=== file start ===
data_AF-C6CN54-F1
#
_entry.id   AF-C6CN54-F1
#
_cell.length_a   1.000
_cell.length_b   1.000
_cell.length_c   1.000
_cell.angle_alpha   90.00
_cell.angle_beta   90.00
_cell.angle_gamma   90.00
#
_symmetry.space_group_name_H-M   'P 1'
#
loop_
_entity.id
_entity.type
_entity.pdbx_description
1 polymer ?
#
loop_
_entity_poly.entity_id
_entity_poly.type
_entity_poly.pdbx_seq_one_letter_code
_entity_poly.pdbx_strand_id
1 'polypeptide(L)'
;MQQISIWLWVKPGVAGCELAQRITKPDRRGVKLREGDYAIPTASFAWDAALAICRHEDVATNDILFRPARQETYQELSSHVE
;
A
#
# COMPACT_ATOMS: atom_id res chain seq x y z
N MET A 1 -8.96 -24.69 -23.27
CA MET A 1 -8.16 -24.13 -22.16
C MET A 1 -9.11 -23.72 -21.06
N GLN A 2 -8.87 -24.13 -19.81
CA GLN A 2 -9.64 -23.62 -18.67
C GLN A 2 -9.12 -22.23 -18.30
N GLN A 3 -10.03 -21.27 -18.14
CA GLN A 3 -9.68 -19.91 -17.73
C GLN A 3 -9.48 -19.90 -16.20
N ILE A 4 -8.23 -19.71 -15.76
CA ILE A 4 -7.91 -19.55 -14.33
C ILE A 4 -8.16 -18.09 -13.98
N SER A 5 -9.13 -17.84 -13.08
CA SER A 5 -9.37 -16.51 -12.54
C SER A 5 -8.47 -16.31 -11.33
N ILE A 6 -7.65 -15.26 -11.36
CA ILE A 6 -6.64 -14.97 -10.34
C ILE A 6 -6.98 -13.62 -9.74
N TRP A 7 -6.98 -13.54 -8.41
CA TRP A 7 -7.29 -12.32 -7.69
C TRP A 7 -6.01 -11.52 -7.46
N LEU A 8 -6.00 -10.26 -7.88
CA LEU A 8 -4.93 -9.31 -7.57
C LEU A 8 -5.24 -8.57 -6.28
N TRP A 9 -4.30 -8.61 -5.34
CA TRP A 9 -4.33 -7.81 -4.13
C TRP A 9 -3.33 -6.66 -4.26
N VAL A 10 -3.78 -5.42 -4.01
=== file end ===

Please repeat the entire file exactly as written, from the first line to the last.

data_AF-C6CN54-F1
#
_entry.id   AF-C6CN54-F1
#
_cell.length_a   1.000
_cell.length_b   1.000
_cell.length_c   1.000
_cell.angle_alpha   90.00
_cell.angle_beta   90.00
_cell.angle_gamma   90.00
#
_symmetry.space_group_name_H-M   'P 1'
#
loop_
_entity.id
_entity.type
_entity.pdbx_description
1 polymer ?
#
loop_
_entity_poly.entity_id
_entity_poly.type
_entity_poly.pdbx_seq_one_letter_code
_entity_poly.pdbx_strand_id
1 'polypeptide(L)'
;MQQISIWLWVKPGVAGCELAQRITKPDRRGVKLREGDYAIPTASFAWDAALAICRHEDVATNDILFRPARQETYQELSSHVE
;
A
#
# COMPACT_ATOMS: atom_id res chain seq x y z
N MET A 1 -8.96 -24.69 -23.27
CA MET A 1 -8.16 -24.13 -22.16
C MET A 1 -9.11 -23.72 -21.06
N GLN A 2 -8.87 -24.13 -19.81
CA GLN A 2 -9.64 -23.62 -18.67
C GLN A 2 -9.12 -22.23 -18.30
N GLN A 3 -10.03 -21.27 -18.14
CA GLN A 3 -9.68 -19.91 -17.73
C GLN A 3 -9.48 -19.90 -16.20
N ILE A 4 -8.23 -19.71 -15.76
CA ILE A 4 -7.91 -19.55 -14.33
C ILE A 4 -8.16 -18.09 -13.98
N SER A 5 -9.13 -17.84 -13.08
CA SER A 5 -9.37 -16.51 -12.54
C SER A 5 -8.47 -16.31 -11.33
N ILE A 6 -7.65 -15.26 -11.36
CA ILE A 6 -6.64 -14.97 -10.34
C ILE A 6 -6.98 -13.62 -9.74
N TRP A 7 -6.98 -13.54 -8.41
CA TRP A 7 -7.29 -12.32 -7.69
C TRP A 7 -6.01 -11.52 -7.46
N LEU A 8 -6.00 -10.26 -7.88
CA LEU A 8 -4.93 -9.31 -7.57
C LEU A 8 -5.24 -8.57 -6.28
N TRP A 9 -4.30 -8.61 -5.34
CA TRP A 9 -4.33 -7.81 -4.13
C TRP A 9 -3.33 -6.66 -4.26
N VAL A 10 -3.78 -5.42 -4.01